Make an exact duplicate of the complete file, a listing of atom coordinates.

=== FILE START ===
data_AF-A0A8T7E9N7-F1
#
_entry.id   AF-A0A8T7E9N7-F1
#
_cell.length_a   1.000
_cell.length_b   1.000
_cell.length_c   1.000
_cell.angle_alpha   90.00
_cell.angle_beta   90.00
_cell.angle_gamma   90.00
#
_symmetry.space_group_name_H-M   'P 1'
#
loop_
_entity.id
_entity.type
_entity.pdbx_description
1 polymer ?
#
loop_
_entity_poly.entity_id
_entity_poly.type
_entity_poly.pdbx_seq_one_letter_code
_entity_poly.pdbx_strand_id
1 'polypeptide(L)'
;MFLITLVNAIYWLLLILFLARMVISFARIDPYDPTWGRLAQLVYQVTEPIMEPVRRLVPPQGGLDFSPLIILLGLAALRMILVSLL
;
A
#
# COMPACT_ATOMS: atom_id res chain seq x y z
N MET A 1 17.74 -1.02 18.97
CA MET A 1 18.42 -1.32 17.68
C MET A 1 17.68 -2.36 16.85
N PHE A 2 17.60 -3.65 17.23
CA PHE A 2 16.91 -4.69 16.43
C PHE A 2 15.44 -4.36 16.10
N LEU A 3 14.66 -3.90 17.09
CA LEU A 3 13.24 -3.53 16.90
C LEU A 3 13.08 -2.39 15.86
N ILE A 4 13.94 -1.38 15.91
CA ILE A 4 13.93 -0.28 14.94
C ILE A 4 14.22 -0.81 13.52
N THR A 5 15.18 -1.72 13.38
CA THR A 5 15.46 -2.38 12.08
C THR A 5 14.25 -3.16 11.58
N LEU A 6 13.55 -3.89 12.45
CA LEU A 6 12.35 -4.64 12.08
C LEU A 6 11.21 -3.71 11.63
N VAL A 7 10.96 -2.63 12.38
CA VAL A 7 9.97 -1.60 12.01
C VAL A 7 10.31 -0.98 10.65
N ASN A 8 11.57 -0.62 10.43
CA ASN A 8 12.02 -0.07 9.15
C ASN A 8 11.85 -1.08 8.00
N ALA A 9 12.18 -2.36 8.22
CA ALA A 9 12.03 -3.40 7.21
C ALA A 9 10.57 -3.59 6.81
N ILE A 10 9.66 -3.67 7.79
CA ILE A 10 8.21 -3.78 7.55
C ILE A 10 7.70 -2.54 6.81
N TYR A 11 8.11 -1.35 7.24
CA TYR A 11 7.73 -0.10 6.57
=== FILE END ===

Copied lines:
data_AF-A0A8T7E9N7-F1
#
_entry.id   AF-A0A8T7E9N7-F1
#
_cell.length_a   1.000
_cell.length_b   1.000
_cell.length_c   1.000
_cell.angle_alpha   90.00
_cell.angle_beta   90.00
_cell.angle_gamma   90.00
#
_symmetry.space_group_name_H-M   'P 1'
#
loop_
_entity.id
_entity.type
_entity.pdbx_description
1 polymer ?
#
loop_
_entity_poly.entity_id
_entity_poly.type
_entity_poly.pdbx_seq_one_letter_code
_entity_poly.pdbx_strand_id
1 'polypeptide(L)'
;MFLITLVNAIYWLLLILFLARMVISFARIDPYDPTWGRLAQLVYQVTEPIMEPVRRLVPPQGGLDFSPLIILLGLAALRMILVSLL
;
A
#
# COMPACT_ATOMS: atom_id res chain seq x y z
N MET A 1 17.74 -1.02 18.97
CA MET A 1 18.42 -1.32 17.68
C MET A 1 17.68 -2.36 16.85
N PHE A 2 17.60 -3.65 17.23
CA PHE A 2 16.91 -4.69 16.43
C PHE A 2 15.44 -4.36 16.10
N LEU A 3 14.66 -3.90 17.09
CA LEU A 3 13.24 -3.53 16.90
C LEU A 3 13.08 -2.39 15.86
N ILE A 4 13.94 -1.38 15.91
CA ILE A 4 13.93 -0.28 14.94
C ILE A 4 14.22 -0.81 13.52
N THR A 5 15.18 -1.72 13.38
CA THR A 5 15.46 -2.38 12.08
C THR A 5 14.25 -3.16 11.58
N LEU A 6 13.55 -3.89 12.45
CA LEU A 6 12.35 -4.64 12.08
C LEU A 6 11.21 -3.71 11.63
N VAL A 7 10.96 -2.63 12.38
CA VAL A 7 9.97 -1.60 12.01
C VAL A 7 10.31 -0.98 10.65
N ASN A 8 11.57 -0.62 10.43
CA ASN A 8 12.02 -0.07 9.15
C ASN A 8 11.85 -1.08 8.00
N ALA A 9 12.18 -2.36 8.22
CA ALA A 9 12.03 -3.40 7.21
C ALA A 9 10.57 -3.59 6.81
N ILE A 10 9.66 -3.67 7.79
CA ILE A 10 8.21 -3.78 7.55
C ILE A 10 7.70 -2.54 6.81
N TYR A 11 8.11 -1.35 7.24
CA TYR A 11 7.73 -0.10 6.57